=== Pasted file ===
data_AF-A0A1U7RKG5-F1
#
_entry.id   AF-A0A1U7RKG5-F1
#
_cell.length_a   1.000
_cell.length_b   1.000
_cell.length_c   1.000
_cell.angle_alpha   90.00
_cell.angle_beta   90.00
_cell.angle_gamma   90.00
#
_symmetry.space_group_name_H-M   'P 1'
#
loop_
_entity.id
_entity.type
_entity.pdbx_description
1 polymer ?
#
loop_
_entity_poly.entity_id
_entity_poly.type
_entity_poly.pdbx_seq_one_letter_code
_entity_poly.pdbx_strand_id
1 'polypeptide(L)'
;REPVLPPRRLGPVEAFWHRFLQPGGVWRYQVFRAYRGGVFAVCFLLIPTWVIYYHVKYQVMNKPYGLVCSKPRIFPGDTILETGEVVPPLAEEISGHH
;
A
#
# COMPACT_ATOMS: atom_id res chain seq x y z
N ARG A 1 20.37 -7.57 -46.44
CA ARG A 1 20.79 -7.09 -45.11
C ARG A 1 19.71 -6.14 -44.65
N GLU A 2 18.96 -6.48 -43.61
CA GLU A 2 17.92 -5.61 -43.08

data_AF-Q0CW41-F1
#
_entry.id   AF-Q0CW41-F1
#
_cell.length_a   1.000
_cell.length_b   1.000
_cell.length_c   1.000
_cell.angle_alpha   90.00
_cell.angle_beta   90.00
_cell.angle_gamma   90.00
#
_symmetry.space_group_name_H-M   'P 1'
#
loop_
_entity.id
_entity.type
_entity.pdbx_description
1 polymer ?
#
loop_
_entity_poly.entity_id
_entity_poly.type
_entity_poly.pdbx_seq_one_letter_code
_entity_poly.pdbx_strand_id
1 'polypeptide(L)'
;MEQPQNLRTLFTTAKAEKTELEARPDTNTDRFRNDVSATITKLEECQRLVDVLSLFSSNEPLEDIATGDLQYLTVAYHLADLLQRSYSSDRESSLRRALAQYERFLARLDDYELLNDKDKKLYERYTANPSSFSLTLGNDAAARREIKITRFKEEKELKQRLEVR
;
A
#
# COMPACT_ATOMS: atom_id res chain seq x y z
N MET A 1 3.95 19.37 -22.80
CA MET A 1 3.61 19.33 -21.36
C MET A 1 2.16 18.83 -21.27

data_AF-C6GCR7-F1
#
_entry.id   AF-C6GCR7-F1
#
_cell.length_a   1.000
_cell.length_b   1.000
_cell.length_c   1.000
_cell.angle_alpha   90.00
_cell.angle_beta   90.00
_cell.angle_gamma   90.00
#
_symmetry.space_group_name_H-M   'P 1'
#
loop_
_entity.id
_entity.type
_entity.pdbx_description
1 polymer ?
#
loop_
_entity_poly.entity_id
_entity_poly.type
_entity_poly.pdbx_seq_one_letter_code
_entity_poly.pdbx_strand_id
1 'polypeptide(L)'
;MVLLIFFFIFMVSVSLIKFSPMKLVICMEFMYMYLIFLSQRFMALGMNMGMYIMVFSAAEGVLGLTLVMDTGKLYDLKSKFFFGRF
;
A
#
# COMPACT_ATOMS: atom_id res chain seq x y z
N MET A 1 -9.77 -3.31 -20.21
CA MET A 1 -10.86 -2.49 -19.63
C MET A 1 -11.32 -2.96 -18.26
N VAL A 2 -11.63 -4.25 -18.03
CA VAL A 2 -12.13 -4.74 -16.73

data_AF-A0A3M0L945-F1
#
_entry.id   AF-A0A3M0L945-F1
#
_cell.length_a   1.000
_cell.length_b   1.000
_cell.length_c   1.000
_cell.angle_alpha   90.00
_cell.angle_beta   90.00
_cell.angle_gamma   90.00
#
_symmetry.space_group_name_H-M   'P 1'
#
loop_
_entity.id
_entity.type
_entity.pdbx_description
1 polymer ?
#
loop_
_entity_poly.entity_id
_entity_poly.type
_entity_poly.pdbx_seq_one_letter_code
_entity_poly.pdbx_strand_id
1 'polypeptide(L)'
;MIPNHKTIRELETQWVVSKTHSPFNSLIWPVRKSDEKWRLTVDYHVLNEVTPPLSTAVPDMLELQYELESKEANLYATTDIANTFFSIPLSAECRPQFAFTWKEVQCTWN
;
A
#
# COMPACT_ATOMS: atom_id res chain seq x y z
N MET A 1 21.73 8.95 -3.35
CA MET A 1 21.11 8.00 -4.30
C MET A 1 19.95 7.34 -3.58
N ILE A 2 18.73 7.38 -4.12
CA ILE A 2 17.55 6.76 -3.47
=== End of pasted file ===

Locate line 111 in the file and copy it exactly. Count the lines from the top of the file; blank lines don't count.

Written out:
_cell.angle_alpha   90.00